What does a law enforcement officer do in his spare time? Volunteer to help others, of course. Meet Kevin Sagar, the American Red Cross Volunteer of the Year for Marin County.
Kevin is wrapping up his first year as a police officer with the Sonoma Marin Area Rail Transit, known as the SMART Train.
“The majority of my job is looking for people that are on the train tracks, either oblivious to the trains or trying to hurt themselves. Unfortunately, we can’t be everywhere at the right time, but it is nice when we do get there and spot someone before something happens.”
After speaking with Dave Dorman for 30 minutes, you might wonder if he does anything else outside of the Red Cross. He’s a self-described “semi-full-time volunteer.” This same unwavering dedication earned him the Regional Volunteer of the Year Award.
While he’s officially been a proud Red Cross volunteer since 1984, Dave’s first contact with the Red Cross occurred during water safety instructor and lifeguard training in the 1950s. In the 1970s, he taught first aid and artificial respiration for his employer and discovered his Red Cross calling. He would eventually gravitate to disaster operations, and more specifically, to logistics support: acquiring, organizing, and delivering materials during a disaster.
In 1991, during the Oakland Hills Fire, Jane Jennings had her first interaction with the American Red Cross. “They were running shelters for the county, and as a county worker, I was asked to be involved in the shelter. [My experience] convinced me that when I retired, I wanted to go back with the Red Cross,” says Jennings. Now, almost thirty years later, Jennings has won the Red Cross’s highest volunteer award, the Clara Barton Meritorious Leadership Award.
After retiring from a career filled with case management as a Probation Officer, Jennings found a natural transition, pivoting into a caseworker under the Disaster Action Team (DAT) for the Red Cross. “Now it’s called recovery,” explains Jennings, “but the normal casework is following up on DAT calls. DAT goes out, gives immediate assistance, and within the next day, casework starts following up with the client and writing referrals and assistance…it takes training and developing a comfort level. It’s not a job that’s impossible to do; it’s just, is that the role you’re comfortable doing?” Luckily for the Red Cross, it is a job Jennings has been comfortable performing for twenty years.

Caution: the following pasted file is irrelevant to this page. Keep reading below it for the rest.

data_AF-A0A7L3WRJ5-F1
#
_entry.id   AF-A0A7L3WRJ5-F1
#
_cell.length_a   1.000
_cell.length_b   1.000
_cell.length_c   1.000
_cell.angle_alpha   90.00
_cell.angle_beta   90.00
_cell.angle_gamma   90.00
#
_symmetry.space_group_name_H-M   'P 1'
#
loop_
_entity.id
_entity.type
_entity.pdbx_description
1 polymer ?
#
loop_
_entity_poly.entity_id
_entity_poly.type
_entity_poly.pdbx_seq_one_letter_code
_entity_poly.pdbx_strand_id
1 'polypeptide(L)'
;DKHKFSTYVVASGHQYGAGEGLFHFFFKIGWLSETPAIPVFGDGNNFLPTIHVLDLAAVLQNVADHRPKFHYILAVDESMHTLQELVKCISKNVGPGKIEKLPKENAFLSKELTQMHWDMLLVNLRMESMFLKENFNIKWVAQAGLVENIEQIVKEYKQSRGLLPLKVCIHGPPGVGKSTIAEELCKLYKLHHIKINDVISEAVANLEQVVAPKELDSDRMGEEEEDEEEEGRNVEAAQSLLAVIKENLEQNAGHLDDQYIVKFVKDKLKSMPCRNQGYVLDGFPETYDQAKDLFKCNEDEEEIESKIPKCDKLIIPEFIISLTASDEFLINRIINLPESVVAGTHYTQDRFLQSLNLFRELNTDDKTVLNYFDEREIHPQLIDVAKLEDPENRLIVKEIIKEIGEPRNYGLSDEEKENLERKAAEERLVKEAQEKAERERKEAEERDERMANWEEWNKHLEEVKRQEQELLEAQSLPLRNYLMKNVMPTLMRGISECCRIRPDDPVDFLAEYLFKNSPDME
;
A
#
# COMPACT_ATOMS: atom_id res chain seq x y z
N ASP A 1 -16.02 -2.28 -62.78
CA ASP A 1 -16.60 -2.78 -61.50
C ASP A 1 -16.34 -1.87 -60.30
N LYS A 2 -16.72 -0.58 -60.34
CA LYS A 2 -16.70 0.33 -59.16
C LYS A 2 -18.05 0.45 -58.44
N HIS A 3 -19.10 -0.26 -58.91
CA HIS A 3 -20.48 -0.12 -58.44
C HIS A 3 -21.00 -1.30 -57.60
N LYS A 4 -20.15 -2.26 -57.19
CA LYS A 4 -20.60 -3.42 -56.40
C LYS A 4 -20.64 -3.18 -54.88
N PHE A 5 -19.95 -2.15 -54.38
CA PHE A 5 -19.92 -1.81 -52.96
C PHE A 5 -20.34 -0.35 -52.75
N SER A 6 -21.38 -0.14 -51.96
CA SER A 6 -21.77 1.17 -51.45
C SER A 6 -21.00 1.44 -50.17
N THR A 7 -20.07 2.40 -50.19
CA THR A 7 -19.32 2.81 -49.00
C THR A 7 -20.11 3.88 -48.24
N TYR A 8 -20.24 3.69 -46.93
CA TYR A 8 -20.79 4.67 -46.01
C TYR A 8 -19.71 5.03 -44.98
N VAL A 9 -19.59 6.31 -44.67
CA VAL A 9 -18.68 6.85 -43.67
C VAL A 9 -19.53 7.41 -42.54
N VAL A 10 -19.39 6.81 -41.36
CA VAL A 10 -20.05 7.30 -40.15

Laura Hovden, of Woodside, CA, recently received the San Mateo Volunteer of the Year Award during the Chapter’s annual volunteer recognition event. A born leader, Laura encourages others to expand their skills and expertise and take on leadership roles of their own. Her flexibility and high aptitude for success have led her to fulfill myriad duties across the organization, including regional and divisional appointments.
Laura took a moment last week to fill us in on her experiences.
Congratulations on the recognition as Volunteer of the Year!
Thank you, I feel so honored.
When did you first get involved with the Red Cross?
I joined when my kids were graduating from high school in 2014. I wanted to have something to do that would be meaningful after they were gone. At the Red Cross, I found all kinds of interesting people and just loved doing this kind of work.
The American Red Cross of the North Bay honored John McMahon with their Solano Volunteer of the Year Award at their annual recognition event on October 20, 2020. John has volunteered with the Red Cross since 2012 in many roles. He currently serves as the Solano County Red Cross Mass Care Coordinator, where his primary responsibility is to keep Solano County ready to respond to disasters.
“John has always displayed an open and helpful attitude to all volunteers, no matter if they are brand new or a veteran volunteer,” says Marcia Antipa, a communications volunteer with the Red Cross Northern California Coastal Region. “John has exhibited his leadership skills during so many of our activities. Fire, floods, hurricanes, you name it, John has seen it all!”
The author surveys damage from the Glass Fire during her two-week deployment. (Photo courtesy of Mariana Vimbela) _____
As is seemingly the case with every disaster deployment, there was plenty for me and other Red Crossers to learn while taking part in the organization’s humanitarian response to the Glass Fire in Northern California this past October. During this particular deployment, I was regularly reminded of the importance of making connections in the affected communities in order to maximize our relief and recovery efforts. Read more